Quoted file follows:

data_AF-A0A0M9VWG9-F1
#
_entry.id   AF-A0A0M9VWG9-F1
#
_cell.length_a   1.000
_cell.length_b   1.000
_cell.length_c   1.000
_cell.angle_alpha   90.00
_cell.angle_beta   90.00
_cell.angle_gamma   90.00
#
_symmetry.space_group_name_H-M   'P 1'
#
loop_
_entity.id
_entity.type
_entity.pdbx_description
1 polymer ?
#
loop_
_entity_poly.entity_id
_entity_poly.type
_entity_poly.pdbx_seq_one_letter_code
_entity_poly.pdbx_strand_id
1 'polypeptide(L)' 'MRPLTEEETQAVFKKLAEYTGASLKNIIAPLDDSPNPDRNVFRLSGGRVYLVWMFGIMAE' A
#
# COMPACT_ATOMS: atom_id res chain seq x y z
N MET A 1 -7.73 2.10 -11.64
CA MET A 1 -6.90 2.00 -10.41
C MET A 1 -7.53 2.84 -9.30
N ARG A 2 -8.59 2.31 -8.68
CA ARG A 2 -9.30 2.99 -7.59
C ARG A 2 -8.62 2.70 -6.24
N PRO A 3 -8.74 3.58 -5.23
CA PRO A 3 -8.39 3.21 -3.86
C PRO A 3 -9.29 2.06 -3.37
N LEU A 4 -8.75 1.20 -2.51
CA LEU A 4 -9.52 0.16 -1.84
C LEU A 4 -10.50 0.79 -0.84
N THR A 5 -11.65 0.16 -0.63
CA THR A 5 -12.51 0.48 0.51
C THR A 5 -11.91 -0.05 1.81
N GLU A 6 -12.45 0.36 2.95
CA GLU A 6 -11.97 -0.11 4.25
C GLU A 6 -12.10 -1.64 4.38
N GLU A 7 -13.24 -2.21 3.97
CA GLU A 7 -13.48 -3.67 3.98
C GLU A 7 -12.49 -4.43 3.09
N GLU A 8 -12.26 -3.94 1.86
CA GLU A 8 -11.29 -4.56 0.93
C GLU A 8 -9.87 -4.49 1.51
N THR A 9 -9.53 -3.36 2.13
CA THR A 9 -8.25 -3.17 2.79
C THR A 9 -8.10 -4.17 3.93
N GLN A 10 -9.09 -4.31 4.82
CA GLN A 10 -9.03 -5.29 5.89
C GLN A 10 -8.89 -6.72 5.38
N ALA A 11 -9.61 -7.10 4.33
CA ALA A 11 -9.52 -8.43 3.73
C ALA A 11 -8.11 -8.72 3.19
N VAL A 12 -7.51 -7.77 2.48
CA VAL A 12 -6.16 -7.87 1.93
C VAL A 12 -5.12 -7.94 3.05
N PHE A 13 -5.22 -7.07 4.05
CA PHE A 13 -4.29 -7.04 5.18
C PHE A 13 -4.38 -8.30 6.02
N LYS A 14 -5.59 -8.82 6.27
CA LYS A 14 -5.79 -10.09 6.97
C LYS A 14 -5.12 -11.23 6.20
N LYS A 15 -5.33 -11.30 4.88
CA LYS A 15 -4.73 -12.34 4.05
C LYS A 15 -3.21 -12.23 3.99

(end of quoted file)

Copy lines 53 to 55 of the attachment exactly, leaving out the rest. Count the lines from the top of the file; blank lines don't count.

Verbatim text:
CA THR A 9 -8.25 -3.17 2.79
C THR A 9 -8.10 -4.17 3.93
N GLN A 10 -9.09 -4.31 4.82